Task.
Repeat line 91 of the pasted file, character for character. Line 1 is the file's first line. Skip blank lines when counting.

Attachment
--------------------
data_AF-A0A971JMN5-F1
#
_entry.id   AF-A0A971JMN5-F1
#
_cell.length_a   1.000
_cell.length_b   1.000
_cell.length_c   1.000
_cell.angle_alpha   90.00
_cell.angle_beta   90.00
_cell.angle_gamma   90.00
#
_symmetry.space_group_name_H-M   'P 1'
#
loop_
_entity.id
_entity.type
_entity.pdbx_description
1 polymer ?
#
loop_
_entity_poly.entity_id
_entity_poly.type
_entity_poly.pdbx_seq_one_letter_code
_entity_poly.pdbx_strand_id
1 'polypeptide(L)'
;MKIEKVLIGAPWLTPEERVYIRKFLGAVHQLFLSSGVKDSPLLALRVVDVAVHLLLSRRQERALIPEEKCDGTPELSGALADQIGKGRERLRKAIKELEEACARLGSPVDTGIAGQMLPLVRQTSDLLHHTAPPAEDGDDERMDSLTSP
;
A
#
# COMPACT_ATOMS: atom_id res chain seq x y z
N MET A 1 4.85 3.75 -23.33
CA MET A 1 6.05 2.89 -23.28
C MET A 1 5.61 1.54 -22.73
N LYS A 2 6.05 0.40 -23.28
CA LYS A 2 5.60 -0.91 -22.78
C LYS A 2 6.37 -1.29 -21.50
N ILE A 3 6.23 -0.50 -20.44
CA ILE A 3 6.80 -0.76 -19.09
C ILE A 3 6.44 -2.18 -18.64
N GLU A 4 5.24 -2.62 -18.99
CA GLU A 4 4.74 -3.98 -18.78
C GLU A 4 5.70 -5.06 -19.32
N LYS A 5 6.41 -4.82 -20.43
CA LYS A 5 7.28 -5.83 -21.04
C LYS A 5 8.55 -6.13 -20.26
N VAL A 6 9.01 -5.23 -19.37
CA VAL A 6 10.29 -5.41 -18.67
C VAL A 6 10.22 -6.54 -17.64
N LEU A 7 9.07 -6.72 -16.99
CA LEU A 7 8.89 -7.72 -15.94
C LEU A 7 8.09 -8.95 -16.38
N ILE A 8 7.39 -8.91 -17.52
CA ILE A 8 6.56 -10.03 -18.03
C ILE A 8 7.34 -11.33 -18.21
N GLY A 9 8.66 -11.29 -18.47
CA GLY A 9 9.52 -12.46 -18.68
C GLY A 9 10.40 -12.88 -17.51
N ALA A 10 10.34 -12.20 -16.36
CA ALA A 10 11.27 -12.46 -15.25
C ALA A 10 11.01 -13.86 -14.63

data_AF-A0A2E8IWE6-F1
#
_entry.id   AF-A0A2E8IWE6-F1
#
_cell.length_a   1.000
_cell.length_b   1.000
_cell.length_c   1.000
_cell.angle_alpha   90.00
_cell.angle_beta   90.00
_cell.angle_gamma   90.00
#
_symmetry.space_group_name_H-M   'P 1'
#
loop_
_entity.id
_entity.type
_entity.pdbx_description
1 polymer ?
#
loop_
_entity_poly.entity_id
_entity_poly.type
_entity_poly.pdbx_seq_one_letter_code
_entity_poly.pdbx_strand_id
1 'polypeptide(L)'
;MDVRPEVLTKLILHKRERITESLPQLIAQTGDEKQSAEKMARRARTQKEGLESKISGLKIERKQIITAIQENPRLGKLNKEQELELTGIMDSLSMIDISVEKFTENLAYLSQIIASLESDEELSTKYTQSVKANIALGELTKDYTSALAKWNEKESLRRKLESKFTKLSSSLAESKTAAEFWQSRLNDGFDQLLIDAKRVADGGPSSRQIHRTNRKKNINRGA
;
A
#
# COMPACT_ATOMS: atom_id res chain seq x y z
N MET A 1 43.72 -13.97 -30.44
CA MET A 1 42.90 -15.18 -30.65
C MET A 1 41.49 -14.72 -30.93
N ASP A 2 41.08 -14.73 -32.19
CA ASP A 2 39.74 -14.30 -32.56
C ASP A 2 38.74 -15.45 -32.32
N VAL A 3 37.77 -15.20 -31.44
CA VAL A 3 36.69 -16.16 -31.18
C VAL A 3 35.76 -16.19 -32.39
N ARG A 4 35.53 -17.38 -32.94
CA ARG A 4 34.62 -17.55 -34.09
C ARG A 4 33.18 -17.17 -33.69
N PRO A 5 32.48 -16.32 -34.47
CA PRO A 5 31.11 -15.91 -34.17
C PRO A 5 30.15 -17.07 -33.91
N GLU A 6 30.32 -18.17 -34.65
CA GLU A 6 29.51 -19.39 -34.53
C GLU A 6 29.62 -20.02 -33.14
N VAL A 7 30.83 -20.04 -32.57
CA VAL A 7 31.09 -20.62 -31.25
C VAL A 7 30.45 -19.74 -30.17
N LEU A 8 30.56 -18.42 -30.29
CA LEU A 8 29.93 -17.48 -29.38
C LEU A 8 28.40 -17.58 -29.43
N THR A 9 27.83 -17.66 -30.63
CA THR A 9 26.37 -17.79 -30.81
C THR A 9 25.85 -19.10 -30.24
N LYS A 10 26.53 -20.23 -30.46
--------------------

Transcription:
N MET A 1 43.72 -13.97 -30.44